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  7. Many thanks to Gerrie, Rayna and Jan for your supportive comments. I have been thinking about writing a piece about juried shows and what to think about them. This is just another piece of the puzzle. To Rayna, I generally don't enter themed shows but I did this time because the theme is close to my heart.

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  8. Fist of all - congrats on stepping out of your comfort zone and being successful! I find them quite interesting! That said I'm always amazed at what makes it in shows and what doesn't. I wish I could just go up to some jurors and say - "Seriously???????"

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  9. That's funny! Places should Refugee shows. Is that spelled right? Anyway, side by side. A show of what was selected and what was not selected. Thank you for visiting and for commenting.

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  10. Did you mean referee? I am confused by refugee.

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  11. It should say "réfugié" meaning all the things that have been rejected.

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  12. Hi Terry,

    Congrats on taking a risk with your work and experimenting. I know it will not be in vain.

    By the by, as someone who has juried shows of paintings, I know that sometimes works are so strong that they are rejected because they don't fit in with the rest of the work or the juror's theme. The choice actually has nothing to do with rejection per se but with acceptance of the other works.

    I know it's no consolation to think about this stuff when you get that nasty letter in the mail.

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  13. Might you do a post about how you made these?
    (I don't know what 'acrylic sheeting layers' are).

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  14. Thanks to Nancy and My Croft! I have been thinking a great deal about writing an article on the topic of Juried shows and how that functions. I will be writing you Nancy because I consider your insights valuable. Your point of "the juror's theme" really resonates with me.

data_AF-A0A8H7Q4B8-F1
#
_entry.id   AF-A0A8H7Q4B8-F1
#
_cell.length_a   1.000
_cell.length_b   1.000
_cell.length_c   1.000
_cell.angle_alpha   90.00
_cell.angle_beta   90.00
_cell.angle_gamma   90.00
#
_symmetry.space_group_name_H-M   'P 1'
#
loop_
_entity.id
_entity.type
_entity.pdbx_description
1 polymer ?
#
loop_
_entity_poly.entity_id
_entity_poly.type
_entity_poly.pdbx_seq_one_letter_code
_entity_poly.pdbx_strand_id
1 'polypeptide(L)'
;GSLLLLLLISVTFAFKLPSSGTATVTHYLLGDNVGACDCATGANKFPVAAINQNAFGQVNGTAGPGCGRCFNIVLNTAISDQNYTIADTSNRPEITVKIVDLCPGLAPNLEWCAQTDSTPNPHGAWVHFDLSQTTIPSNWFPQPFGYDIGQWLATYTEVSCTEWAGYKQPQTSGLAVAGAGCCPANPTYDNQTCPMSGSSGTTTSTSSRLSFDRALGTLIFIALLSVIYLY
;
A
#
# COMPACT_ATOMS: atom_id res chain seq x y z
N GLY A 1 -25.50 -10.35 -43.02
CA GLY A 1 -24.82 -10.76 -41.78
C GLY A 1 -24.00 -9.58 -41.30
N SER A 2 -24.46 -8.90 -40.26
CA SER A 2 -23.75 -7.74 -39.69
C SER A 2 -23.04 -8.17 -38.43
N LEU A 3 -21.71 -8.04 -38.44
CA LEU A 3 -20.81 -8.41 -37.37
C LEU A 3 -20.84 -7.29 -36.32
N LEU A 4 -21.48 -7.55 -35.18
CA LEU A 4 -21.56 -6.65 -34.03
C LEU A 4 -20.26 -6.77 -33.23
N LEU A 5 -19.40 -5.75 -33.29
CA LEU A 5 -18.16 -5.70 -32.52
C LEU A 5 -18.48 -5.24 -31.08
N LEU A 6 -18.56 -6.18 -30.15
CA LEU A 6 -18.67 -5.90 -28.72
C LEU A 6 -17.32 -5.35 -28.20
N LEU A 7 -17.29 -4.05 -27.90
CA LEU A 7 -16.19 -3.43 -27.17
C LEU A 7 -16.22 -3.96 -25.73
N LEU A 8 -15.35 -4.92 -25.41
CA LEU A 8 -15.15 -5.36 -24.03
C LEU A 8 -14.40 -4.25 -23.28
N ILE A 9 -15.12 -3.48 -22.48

My Croft, I will indeed write about the process for the two works. I'll even make some samples and photos....something I didn't do when I made the work presented here. I appreciate your interest.

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  15. Something that I used to tell my writing students about coping with rejection was that pubishing is a business, not a club. There are a lot of business reasons why someone's work might get declined, some or all of which have little or nothing to do with the quality of the writing. When I was reading, I read a few things at the extraordinary ends of the spectrum (very, very good and very, very bad) and a lot of stuff that was in the middle and was good work. The criteria for selection often had more to with what fit into the publishing program than with the quality of the work read and, frankly, sometimes the choice between two equally good things for the last slot was rooted in luck (eeny, meeney, miney, moe, . . . ) But there were always objective reasons beyond liking/not liking, appropriate to standards (theme, established business practice, and such like) quality of craftsmanship, professionalism (meeting deadlines), originality/freshness, etc. I expect that many of these reasons are in play in art jurying as well.

    --Melanie

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  16. Nicely put! I believe you have stated the process as it is often practiced. I appreciate your thoughtful comment and willingness to share your experience. Thank you.